Icon 4: Haeckel’s Embryos
In his 2002 book Denying Evolution: Creationism, Scientism, and the Nature of Science, Pigliucci does not contest that Haeckel’s drawings are flawed. He concedes that “The drawings in question were indeed fudges.” (p. 254) Yet he thinks it matters that “the fact of their being fudged was discovered by biologists, not creationists.”
A fraud is a fraud regardless of who discovered it, and if evolutionary biologists discovered it, then good for them. But it turns out that some of the earliest scientists who critiqued Haeckel’s drawings were in fact “creationists,” as Pigliucci calls them. As Richardson et al. (1997) note: “Haeckel’s ideas soon came in for strong criticism. His drawings are also highly inaccurate, exaggerating the similarities among embryos, while failing to show the differences (Sedgwick 1894; Richardson 1995; Raff 1996).” The aforementioned Sedgwick is Adam Sedgwick, who even Wikipedia admits “was an outspoken opponent of Darwin’s theory of evolution.”
Next, Pigliucci claims that Wells wrongly says Stephen Jay Gould was “silent” on Haeckel’s fraud. But Wells doesn’t say that. In fact, Wells quotes Gould extensively in Icons on this topic: “Writing in the March 2000 issue of Natural History, Stephen Jay Gould noted that Haeckel ‘exaggerated the similarities by omissions’ and concluded that his drawings are characterized as inaccuracies and outright falsification.” (Icons, pp. 93-94) Wells also notes that Gould called them instances of “scientific fraud.” (p. 108) Pigliucci is incorrect to claim Wells called Gould “silent” on this topic. This also refutes another one of Pigliucci’s claims, that the drawings shouldn’t be called “complete fakes.” (Denying Evolution, p. 254)
Pigliucci goes on to make a common argument: “Modern evolutionary and developmental biology do not rely on the work of a nineteenth-century scientist to make their case any more than physicists still consider Newton’s work the latest rage.” (pp. 254-255) It’s true that concepts like Haeckelian ideas about recapitulation have largely been rejected by modern embryology. But if Haeckel’s work is totally irrelevant, someone should tell it to Donald Prothero, who uses Haeckel’s original drawings in his 2013 textbook to promote evolution, as he did in his 1998 and 2004 textbooks. Tell it also to other recent biology textbook authors who have used Hackel’s drawings. Given that Wells’s book is about how textbooks misuse evidence to advocate for Darwinian evolution, it seems entirely appropriate that he critique Haeckel’s work.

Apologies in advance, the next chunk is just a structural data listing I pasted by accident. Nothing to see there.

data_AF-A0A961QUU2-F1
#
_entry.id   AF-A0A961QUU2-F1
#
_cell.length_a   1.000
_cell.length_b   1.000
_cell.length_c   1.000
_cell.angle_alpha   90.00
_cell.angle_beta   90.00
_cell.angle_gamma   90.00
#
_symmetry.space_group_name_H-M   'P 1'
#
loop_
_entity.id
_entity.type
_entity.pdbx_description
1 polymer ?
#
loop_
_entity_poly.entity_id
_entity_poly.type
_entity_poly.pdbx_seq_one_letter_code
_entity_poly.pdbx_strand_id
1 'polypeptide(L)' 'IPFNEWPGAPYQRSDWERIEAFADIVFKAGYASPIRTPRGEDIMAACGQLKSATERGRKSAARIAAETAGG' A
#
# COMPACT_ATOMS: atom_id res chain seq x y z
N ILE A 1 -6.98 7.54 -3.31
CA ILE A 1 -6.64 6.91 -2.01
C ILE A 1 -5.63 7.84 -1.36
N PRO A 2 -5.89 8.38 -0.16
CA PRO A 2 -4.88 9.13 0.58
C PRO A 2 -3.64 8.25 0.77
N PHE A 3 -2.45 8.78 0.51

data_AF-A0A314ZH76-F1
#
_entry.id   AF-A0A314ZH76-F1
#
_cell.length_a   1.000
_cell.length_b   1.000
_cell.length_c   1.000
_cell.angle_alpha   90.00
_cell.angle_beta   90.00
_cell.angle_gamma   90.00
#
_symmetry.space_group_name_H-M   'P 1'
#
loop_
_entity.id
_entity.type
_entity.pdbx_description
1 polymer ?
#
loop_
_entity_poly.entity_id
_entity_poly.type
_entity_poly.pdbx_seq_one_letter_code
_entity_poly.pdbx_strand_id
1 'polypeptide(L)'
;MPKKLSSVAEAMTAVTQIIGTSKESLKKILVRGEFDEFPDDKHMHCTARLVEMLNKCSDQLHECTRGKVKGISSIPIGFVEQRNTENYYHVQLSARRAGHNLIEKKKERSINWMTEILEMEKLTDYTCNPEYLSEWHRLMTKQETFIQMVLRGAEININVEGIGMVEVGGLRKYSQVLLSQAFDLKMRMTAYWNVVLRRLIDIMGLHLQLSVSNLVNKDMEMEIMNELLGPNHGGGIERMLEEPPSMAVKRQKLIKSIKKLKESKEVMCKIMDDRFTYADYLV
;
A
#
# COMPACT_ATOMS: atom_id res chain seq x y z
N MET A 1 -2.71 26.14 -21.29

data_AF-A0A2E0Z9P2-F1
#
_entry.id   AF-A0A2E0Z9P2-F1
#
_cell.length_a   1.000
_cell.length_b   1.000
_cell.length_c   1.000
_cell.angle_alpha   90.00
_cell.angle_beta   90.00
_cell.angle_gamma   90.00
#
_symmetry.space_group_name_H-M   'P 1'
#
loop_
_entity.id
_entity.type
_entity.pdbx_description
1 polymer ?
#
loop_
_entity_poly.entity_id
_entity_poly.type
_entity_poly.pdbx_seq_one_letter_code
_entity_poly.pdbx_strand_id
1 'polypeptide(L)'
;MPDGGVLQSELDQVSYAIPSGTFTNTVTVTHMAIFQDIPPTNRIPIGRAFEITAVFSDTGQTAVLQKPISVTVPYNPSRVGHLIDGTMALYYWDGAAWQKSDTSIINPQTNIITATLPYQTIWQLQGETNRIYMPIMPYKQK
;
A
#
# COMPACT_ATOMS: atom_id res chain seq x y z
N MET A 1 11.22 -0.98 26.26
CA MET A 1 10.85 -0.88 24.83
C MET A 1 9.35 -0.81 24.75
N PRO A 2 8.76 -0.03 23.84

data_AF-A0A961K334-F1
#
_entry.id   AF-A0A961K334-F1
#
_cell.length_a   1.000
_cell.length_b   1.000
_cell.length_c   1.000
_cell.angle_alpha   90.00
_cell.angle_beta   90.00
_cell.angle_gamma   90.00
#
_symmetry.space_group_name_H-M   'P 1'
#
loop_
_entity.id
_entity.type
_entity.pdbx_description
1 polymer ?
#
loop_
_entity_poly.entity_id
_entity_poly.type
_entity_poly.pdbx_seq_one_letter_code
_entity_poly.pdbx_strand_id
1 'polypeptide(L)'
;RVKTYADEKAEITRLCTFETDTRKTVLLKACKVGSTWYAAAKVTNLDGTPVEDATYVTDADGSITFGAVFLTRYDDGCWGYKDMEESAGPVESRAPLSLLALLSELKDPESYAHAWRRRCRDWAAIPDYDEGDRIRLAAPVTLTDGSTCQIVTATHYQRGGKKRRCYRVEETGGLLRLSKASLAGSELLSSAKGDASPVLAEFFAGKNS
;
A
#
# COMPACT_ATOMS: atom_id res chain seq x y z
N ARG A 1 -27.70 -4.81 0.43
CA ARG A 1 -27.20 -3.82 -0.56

If Haeckel’s work is completely irrelevant today then why do biology textbooks continue to use his drawings?
Pigliucci closes by noting that development supports common descent because “more closely related animals have more similar developmental systems.” But Pigliucci must be aware that there are serious exceptions to that rule. For he adds, “When exceptions occur, these are also predicted by evolution because they often turn out to be the result of adaptation.” Thus we see Pigliucci adopting PZ Myers’ position that “evolutionary theory predicts differences as well as similarities.”
This is another way of saying that, according to Pigliucci and Myers, evolutionary theory predicts whatever it finds. Such logic might help save their theory from falsification in light of all the differences between vertebrate embryos across many stages of development, but it doesn’t help to construct a robust theory that makes testable predictions.
Icon 5: Archaeopteryx
Pigliucci claims that Jonathan Wells “completely misunderstands cladistics” (Denying Evolution, p. 255). How so? Because Wells claims cladistics is “based only on similarity among organisms” whereas in reality, says Pigliucci, it is based “only on shared derived characteristics.” Pigliucci is of course correct that cladistics only considers shared derived characteristics when constructing cladograms, but that doesn’t mean Wells contradicts him. Indeed, I tried to find in Icons where Wells said that cladistics is based upon mere “similarity,” but I couldn’t. Instead, I saw Wells alluding to Pigliucci’s position by stating that under cladistics, “Organisms can only be grouped together if they share a common ancestor, and every group includes a common ancestor and all its descendants,” groups called clades. (p. 118) The problem, of course, lies in determining which characters are homologous, unique only to organisms within a clade — i.e., which are shared derived characteristics. Since by this point in the book Wells has adequately discussed difficulties associated with determining whether a trait is “homologous,” his critique is apt.